I am fortunate to work in the IT industry in both the Australian and New Zealand markets and was recently asked at a social gathering the differences between Australian and New Zealand resellers and how they have adapted to the challenges of these economic times. I used a common expression that people ‘had their head in the sand’ when the first signs of an economic slow-down and financial market reaction were felt in the October 2008 quarter in both countries. The discussion evolved into a review on how things have changed (or possibly not changed) since then, and if they had changed, why?
But first, let us look more closely at the term ‘to have your head in the sand’. From what I understand it derives from the supposed habit ostriches have of hiding when faced with attack by predators. The popular view is the ‘dumb’ ostrich believes that if it can’t see its attacker, then the attacker can’t see it! I did a Google search and discovered that “the ancient Roman encyclopaedist and philosopher Pliny the Elder once wrote that ‘the ostrich, being profoundly stupid, sticks its head into a bush at the first sign of danger and considers itself invisible’”1. Apparently the myth is likely to have originated from observations that ostriches lower their eads when feeding or sleeping.
This new discovery of information created somewhat of a dichotomy of the true meaning of the ‘head in the sand’ and also human behaviour when faced with the challenges of life. Most certainly there were, and still are, many in the industry who have taken the myth as being their own reality. This global financial crisis (now popularised as a recession) will not go away overnight. Pretending, like the much-maligned ostrich, that trouble doesn’t exist or won’t affect them, seems crazy with all the information publicised to date. And yet, I still believe that many are holding onto the past with a belief that things will return to normal, and the successes of the past will morph into successes of the future.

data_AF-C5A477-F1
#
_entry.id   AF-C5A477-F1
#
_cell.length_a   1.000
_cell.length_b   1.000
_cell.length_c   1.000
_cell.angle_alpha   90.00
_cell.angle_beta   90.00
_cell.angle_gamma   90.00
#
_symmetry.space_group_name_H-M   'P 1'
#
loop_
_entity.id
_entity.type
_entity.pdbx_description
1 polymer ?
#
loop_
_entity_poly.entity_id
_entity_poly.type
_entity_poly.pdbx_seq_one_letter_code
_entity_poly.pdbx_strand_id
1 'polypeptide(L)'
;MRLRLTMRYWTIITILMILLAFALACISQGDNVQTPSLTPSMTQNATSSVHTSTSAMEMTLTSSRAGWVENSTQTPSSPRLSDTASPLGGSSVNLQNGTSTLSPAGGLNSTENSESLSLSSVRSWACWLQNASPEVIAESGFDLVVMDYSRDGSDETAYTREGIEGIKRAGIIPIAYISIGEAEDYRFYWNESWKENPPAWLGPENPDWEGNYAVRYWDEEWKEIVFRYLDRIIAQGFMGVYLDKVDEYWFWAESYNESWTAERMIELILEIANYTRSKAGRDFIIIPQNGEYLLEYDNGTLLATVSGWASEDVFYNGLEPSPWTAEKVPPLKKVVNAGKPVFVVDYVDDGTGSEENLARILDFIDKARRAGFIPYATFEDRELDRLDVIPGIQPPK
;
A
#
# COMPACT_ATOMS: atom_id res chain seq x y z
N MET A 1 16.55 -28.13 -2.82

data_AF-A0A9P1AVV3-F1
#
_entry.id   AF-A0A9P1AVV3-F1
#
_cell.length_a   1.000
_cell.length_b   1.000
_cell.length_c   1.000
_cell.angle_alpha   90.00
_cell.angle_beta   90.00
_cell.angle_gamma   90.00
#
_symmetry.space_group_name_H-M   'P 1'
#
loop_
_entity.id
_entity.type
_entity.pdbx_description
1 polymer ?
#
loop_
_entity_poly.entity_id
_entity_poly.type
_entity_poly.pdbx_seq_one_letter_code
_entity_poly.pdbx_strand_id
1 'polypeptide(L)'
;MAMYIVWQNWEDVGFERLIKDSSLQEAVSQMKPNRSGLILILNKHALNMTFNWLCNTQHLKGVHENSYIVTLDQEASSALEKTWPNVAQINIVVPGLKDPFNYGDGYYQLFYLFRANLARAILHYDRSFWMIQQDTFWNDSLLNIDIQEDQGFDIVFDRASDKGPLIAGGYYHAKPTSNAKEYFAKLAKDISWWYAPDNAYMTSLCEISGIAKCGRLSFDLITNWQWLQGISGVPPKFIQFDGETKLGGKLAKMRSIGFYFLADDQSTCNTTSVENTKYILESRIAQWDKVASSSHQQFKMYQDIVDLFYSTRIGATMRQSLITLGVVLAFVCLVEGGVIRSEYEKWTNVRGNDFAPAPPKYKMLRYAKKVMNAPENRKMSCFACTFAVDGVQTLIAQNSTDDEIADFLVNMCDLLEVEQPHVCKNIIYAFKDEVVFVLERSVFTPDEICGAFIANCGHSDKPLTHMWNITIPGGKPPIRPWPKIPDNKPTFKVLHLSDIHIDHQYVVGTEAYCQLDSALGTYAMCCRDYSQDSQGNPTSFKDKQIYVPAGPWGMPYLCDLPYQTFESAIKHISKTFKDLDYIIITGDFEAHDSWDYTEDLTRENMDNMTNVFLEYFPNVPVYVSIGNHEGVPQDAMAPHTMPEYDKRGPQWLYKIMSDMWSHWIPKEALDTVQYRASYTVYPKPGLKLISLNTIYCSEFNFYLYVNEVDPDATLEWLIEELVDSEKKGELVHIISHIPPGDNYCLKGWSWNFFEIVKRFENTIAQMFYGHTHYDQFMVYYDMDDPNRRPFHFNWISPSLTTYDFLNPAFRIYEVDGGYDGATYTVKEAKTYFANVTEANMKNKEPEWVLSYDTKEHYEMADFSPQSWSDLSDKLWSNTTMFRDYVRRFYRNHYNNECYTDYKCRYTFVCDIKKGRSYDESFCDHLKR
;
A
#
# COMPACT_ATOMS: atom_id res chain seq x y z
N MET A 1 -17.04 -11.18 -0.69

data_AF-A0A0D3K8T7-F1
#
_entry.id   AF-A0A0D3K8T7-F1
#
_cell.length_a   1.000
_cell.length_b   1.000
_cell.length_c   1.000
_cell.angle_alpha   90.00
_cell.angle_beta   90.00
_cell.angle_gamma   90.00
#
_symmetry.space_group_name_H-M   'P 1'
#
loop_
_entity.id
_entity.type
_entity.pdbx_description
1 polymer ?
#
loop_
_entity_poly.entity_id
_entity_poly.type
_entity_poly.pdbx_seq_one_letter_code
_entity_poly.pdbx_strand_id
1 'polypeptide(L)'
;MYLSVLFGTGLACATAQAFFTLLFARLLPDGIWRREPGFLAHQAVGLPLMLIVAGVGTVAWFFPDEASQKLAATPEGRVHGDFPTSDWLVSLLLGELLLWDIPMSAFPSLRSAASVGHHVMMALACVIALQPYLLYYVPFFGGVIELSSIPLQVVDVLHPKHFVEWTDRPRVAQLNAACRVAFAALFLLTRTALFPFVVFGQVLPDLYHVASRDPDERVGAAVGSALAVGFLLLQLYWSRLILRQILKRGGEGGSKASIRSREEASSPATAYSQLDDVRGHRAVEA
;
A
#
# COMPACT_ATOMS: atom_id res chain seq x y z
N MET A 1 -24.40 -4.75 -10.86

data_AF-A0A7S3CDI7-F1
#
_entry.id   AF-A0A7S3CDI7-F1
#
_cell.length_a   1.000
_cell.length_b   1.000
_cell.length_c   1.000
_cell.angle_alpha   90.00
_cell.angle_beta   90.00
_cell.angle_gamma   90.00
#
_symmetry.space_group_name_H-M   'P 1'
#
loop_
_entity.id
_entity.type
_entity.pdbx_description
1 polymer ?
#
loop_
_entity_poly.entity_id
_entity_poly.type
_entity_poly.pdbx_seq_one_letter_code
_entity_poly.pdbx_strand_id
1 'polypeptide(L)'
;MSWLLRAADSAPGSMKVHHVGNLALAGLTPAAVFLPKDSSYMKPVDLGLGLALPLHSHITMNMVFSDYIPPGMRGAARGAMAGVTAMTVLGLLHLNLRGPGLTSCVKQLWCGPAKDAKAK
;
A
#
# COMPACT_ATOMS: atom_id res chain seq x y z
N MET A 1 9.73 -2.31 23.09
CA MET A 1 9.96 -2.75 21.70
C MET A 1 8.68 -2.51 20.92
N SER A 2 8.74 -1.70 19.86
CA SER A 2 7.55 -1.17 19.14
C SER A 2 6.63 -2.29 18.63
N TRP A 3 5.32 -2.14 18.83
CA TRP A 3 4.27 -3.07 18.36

Others have taken the nonmythical path of our ostrich friend. Instead of burying their head, they are laying it down on the ground carefully and resting. I call this approach ‘pseudo-conservatism’ as it has the classical view of being careful, calculating and responsible – but in reality it is an act or an appearance to keep from getting into trouble or from trouble finding you. It is a façade which is a death knell to creativity, innovation and growth.
There is another approach, and one which is inspirational. I must say that I first saw this in Australia earlier this year when the Australian resellers had had enough. And now, I am seeing it here in New Zealand. Instead of hiding from the reality of the current financial times or taking the defensive posture of my newly coined phrase ‘pseudoconservatism’, they have taken onboard the following military metaphor: ‘the best defence is offence’. It is a call to action; you don’t win the battle with timid tactics.
The people who adopt this final attitude are walking past the ostriches with puzzled looks on their faces, wondering why the ostriches are wasting time. There is business out there to be won and customers needing product and services, so why chew on sand when you can breathe the air of success?
Vaughan Nankivell is the Regional Manager, Australia and New Zealand for Kingston Technology. He has been in the IT industry for 19 years and holds a Masters of Management Degree (2007) from the University of Auckland.Phone0800 893 307Emailvaughan_nankivell@kingston.comWebwww.kingston.com/anz